Fractional Distillation

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Fractional Distillation

1. Crude Oil is heated strongly to evaporate it

2. Hot vapours are led into the bottom of the fractionating column. The hottest at the bottom and becomes cooler towards the top.

3. The vapours cool down as they rise though it.

4. When the vapour reaches a part of the column that is cool enough they condense.

5. The liquid falls into a tray and is piped out

Long Chain Alkanes → Bottom of column, High Boiling point, High Viscosity, Low Volatility point, Low flammability.

Short Chain Alkanes → Top of Column, Low boiling point, Low Viscosity, High Volatility, High Flamability.

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Fractional Distillation

Distillation - Boiling Points

Viscosity - How runny it is.

Volatility - How esaily it evaporates.

Flammability - How easy it is to ignite.

Long Chain Alkanes make poor fuels.

- They are solid at room temperature, not very         

flammable and are difficult to ignite.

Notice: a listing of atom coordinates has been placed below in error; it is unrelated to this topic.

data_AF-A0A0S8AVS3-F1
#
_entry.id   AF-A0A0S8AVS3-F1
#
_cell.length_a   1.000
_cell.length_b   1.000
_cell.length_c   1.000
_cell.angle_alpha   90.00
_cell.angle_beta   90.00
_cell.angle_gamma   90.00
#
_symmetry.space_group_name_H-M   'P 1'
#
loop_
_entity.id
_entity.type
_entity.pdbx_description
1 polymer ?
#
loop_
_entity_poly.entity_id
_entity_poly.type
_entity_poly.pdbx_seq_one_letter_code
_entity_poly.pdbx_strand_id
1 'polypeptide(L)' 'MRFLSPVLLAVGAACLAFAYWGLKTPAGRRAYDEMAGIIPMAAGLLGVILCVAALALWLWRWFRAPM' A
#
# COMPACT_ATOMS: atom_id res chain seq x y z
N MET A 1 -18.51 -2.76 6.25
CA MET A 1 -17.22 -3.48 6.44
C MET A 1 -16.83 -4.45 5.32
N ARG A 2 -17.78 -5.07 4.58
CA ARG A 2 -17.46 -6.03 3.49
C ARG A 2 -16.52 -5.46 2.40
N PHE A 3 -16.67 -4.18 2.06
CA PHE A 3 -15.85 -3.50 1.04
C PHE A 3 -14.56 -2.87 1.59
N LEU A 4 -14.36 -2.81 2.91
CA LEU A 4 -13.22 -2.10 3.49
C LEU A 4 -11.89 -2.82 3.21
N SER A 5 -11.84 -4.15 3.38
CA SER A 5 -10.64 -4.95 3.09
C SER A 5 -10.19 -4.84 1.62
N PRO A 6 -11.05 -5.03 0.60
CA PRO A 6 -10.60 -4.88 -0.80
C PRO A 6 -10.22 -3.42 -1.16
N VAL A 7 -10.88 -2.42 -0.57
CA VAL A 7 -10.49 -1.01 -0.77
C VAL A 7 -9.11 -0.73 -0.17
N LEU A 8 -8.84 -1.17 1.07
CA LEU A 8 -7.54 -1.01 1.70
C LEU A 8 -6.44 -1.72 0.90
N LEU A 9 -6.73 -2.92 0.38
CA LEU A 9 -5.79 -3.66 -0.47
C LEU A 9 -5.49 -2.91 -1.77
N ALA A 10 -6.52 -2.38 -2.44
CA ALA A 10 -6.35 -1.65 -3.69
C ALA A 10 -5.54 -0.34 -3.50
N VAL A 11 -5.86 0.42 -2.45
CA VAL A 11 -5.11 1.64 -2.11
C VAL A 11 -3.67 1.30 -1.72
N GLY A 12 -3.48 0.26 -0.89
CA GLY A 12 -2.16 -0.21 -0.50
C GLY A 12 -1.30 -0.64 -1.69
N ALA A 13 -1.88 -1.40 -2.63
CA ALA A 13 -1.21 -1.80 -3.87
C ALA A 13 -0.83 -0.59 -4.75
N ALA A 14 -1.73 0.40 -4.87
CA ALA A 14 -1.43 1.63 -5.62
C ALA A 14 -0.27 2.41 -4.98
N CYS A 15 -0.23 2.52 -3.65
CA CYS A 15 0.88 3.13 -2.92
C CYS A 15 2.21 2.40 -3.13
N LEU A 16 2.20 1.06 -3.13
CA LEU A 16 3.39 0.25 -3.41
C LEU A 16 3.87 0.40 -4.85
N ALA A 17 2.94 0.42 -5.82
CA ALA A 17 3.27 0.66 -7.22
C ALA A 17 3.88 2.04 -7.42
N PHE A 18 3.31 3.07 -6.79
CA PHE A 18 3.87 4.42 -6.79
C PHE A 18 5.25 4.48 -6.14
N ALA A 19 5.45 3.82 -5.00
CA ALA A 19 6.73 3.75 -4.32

Short Chain Alkanes are good fuels.

- Gases at room temperature, ignite easily

- Bulky to store, stored under pressure as


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Fractional Distillation

The top of the column is cool (25 degrees celsius). Fractions taken from here have small molecules, low boiling points, are very volatile, flow easily and ignite easily. Crude oil enters at the bottom of the column and is heated to 350 degrees celsius. Fractions taken here have large molecules, high boiling points, are not very volatile, and don't flow or ignite easily. From top to bottom the fractions are: Refinery gases (bottled gas), gasoline (petrol), naptha (used for making chemicals), kerosene (aircraft fuel), diesel oil (fuel for cars, and lorries, etc), fuel oil (fuel for ships, power stations), residue (bitumen for roads and roofs). (

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